The text below has been excerpted from pp. 5-6, 8-9, 32-33 of a 43-page document, Community-based health care, including outreach and campaigns, in the context of the COVID-19 pandemic, published by the World Health Organization and the United Nations Children’s Fund (UNICEF) on May 5, 2020 (Licence: CC BY-NC-SA 3.0 IGO).
The original document outlines basic principles and practical recommendations that support decision-making to:
ensure the continuity of select essential services that can be delivered safely at the community level;
leverage and strengthen the community platform as an integral part of primary health care to ensure an effective COVID-19 response;
protect health workers and communities through infection prevention and control (IPC) measures.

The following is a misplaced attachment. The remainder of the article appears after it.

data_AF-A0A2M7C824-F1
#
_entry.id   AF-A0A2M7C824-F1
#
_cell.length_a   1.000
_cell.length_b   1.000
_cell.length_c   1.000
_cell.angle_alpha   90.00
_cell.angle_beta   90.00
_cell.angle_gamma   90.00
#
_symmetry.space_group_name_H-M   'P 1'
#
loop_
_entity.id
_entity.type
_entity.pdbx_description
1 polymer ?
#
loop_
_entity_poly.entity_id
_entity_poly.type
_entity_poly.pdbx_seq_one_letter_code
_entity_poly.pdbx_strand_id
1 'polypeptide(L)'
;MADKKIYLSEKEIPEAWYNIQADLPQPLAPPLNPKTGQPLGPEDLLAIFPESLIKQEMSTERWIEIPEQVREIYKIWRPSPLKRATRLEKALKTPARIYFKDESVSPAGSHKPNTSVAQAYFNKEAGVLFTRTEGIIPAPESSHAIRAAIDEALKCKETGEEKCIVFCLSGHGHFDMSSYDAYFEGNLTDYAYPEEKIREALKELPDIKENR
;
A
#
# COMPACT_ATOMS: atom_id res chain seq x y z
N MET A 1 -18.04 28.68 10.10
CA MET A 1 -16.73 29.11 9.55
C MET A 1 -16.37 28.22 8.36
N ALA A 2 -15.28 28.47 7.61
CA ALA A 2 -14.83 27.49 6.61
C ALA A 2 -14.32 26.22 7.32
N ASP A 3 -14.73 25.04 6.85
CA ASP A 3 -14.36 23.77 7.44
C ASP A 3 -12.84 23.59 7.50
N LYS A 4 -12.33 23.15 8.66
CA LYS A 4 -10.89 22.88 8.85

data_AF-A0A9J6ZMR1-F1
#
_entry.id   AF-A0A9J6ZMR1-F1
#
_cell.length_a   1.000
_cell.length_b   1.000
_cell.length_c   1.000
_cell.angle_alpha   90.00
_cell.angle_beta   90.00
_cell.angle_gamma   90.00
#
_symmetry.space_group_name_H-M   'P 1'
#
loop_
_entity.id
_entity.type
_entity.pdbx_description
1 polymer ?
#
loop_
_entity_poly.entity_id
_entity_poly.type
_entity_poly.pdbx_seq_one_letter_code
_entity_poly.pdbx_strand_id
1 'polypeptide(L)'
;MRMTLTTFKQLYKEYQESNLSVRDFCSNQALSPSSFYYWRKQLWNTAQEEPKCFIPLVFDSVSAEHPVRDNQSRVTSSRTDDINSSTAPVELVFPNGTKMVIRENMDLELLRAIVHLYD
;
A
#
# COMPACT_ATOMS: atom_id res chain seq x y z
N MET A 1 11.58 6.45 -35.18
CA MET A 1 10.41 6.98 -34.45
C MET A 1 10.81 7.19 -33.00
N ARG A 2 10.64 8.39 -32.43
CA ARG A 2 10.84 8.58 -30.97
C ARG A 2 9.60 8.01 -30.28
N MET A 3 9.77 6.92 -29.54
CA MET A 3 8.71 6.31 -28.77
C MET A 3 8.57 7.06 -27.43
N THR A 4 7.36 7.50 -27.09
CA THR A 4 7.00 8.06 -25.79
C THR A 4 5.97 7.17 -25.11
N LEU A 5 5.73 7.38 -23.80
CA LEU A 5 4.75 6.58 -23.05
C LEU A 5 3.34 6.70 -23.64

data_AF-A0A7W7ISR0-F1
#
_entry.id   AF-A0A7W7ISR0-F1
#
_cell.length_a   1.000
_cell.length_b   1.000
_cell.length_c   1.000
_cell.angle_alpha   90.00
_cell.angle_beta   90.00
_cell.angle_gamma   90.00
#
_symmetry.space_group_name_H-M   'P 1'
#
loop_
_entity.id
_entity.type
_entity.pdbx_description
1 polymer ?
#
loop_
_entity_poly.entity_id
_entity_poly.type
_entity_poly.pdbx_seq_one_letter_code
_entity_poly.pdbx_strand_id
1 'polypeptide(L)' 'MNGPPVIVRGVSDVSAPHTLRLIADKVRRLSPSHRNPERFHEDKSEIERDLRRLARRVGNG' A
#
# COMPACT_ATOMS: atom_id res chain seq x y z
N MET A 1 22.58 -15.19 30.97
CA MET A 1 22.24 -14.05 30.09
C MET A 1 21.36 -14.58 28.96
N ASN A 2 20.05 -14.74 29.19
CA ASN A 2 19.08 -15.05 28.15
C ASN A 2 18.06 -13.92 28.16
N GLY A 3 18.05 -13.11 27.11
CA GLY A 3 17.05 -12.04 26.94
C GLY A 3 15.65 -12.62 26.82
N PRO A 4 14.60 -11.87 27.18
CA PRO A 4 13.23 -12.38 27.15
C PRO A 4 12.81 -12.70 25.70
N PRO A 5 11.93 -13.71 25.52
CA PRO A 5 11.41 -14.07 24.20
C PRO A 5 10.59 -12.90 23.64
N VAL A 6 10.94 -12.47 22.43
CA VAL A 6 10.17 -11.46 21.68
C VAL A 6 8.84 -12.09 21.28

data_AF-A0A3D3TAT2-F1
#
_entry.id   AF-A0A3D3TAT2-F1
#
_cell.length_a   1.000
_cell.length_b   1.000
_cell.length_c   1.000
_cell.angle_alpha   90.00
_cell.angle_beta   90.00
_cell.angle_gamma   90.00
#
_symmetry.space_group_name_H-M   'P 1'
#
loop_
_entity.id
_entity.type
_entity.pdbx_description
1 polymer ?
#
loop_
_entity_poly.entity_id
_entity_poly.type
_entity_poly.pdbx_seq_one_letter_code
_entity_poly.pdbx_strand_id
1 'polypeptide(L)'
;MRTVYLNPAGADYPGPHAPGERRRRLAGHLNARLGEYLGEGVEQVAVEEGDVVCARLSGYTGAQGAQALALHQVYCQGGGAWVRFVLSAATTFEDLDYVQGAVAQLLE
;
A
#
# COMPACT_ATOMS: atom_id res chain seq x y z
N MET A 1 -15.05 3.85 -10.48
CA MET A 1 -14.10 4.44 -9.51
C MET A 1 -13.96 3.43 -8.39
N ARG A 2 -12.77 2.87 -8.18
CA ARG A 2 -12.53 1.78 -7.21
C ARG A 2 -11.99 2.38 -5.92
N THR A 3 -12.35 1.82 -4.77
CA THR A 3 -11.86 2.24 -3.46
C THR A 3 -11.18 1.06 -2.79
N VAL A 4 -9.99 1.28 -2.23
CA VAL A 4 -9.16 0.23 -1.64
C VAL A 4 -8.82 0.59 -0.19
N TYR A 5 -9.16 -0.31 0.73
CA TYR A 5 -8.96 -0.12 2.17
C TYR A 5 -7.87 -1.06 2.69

The original document also contains sections addressing COVID-19 in the context of different life course phases and highlights disease-specific considerations for adapting community-level activities.
Note: This translation is provided with support from USAID’s Act to End NTDs | West program. The translation was not created by the World Health Organization (WHO) or the United Nations Children’s Fund (UNICEF). The original English edition shall be the binding and authentic edition.
WHO, UNICEF and USAID are not responsible for the content or accuracy of this translation. Further, the information provided in these excerpts and the original WHO/UNICEF document is not official U.S. Government information and does not represent the views or positions of the U.S. Agency for International Development or the U.S. Government.